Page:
With Strikes and More Lawsuits the Anti-Trump Resistance Continues

By David Brooks on February 2, 2017

Photo: Bill Hackwell

Trade union and taxi-drivers strikes, new lawsuits and daily marches and demonstrations against the policies of the Government of Donald Trump are continuing from coast to coast.

Among these, Yemeni owners of more than a thousand grocery stores in the city of New York declared last Thursday a “strike” of 8 hours, closing their shops and gathering in downtown Brooklyn in repudiation of the anti-Islamic Trump executive orders.

After days of denunciations and pressure from taxi drivers and immigrant organizations because he did not criticize the anti-migrant and refugees order of Trump, the Chief Executive of Uber, Travis Kalanick, decided to step down from his Business Council position that allegedly is advising the Government of Trump.

Uber had been accused of playing the role of scab during an unprecedented temporary strike action by taxi drivers who are mostly immigrant in New York. The strike took place on Saturday in solidarity with the protests against Trump’s Executive Order which prohibited the entry of immigrants from 7 Muslim countries. Convened by the Taxi Workers Alliance of New York, which represents more than 19 thousand drivers, taxi drivers refused to provide service for a few hours to Kennedy airport among others actions.

Lyft, Uber’s competitor respected the strike and issued a statement stating its opposition to Trump’s measures and the impact on their workers and families and announced a contribution of a million dollars for 4 years to the American Civil Liberty Union (the ACLU has headed the legal battle against the orders and in defense of the victims of the ban in the airports,  including the case that led to the temporary ruling against the deportation of those affected by the ban) “to defend our Constitution”.

Meanwhile, the Attorney General of Minnesota, Lori Swanson, announced that she joined the lawsuits in courts of other three States to halt Trump’s anti-immigrant executive orders calling them “unconstitutional”.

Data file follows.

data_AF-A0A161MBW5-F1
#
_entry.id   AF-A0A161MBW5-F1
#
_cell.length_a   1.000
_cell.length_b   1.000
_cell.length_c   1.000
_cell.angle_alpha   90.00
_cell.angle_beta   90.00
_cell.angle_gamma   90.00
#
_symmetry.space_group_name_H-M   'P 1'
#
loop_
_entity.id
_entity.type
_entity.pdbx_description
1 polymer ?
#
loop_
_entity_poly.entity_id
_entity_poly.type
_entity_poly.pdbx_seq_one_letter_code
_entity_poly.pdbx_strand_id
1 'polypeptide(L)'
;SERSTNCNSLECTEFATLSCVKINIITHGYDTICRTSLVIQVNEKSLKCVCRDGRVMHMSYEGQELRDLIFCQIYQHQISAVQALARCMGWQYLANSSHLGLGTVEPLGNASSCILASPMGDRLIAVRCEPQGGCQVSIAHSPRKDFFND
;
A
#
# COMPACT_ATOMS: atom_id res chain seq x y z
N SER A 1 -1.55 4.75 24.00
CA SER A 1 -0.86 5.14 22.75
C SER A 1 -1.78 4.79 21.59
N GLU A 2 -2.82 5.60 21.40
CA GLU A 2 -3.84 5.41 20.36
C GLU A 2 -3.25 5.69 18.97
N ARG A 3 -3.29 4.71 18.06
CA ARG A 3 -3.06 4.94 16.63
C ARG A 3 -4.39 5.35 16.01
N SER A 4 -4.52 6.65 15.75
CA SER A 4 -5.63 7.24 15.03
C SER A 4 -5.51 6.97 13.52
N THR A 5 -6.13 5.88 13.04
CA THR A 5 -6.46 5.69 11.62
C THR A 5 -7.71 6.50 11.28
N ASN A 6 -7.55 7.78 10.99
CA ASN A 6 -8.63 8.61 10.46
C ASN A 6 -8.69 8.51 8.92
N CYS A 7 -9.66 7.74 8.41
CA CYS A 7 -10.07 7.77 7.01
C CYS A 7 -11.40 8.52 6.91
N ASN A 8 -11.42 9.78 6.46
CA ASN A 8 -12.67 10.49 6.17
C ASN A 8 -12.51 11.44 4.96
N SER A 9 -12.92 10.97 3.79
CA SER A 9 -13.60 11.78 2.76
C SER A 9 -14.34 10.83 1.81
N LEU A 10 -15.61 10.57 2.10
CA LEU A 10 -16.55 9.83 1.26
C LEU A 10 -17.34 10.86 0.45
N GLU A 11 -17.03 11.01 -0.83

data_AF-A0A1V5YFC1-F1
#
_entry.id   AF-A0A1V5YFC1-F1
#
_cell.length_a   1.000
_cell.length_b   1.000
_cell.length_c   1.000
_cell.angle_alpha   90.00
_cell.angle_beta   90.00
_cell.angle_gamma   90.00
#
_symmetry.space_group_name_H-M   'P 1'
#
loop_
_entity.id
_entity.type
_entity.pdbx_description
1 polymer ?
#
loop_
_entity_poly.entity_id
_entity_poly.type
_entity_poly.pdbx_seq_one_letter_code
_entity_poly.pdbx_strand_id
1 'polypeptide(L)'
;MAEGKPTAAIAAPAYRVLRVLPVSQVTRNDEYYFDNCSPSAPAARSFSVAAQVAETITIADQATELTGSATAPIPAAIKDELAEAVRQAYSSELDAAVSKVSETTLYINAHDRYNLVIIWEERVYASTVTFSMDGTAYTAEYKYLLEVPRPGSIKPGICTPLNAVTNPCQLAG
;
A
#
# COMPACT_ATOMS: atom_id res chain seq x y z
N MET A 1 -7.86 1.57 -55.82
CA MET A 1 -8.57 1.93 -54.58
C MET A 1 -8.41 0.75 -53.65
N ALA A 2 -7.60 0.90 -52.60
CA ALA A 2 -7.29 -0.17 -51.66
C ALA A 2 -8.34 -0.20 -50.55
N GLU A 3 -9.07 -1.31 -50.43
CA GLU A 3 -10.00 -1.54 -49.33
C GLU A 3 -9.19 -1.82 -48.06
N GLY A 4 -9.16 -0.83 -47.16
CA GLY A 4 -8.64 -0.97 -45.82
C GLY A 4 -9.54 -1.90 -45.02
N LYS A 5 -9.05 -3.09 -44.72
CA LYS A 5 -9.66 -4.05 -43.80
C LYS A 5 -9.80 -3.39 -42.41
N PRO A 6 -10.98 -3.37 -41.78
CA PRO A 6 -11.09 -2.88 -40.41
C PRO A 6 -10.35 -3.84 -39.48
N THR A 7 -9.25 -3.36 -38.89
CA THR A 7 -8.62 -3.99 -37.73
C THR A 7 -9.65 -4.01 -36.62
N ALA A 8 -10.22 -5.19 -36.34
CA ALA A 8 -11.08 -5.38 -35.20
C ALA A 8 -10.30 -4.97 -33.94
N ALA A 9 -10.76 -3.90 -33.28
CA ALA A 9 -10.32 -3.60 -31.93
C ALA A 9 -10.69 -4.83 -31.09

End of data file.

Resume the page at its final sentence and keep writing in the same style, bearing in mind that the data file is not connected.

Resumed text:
On Wednesday night, a federal judge in Los Angeles issued a ruling requiring the Government of Trump to allow the entry of people with immigrant visas from 7 Muslim countries in the Executive Order in response to a lawsuit filed on behalf of 28 immigrants from Yemen.

In Miami, protests and demonstrations broke out after the Mayor, Carlos Giménez of Cuban descent, decided to abide by Trump’s executive order that forces cooperation of local authorities with federal immigration agents. Opponents stated that the Mayor betrayed a metropolitan area which is considered the city with the second largest immigrant population in the country and is a sanctuary city. The Mayor argued that it did not want to risk the loss of federal funds, an explicit threat of Trump to any sanctuary city.

Some 76 activists were arrested at Standing Rock in North Dakota after the Government of Trump indicated its intention to approve the construction of the pipeline which resulted in the largest indigenous resistance in years that forced the Government of Barack Obama to suspend the work (Trump was an investor in the companies in charge of the project).

Meanwhile, another literary work besides the book 1984 by George Orwell (rose to number 1 on Amazon last week) is enjoying of an unexpected success: The Origins of the Totalitarianism, written by Hannah Arendt and published in 1951.


Source: La Jornada, translated by Resumen Latinoamericano, North American Bureau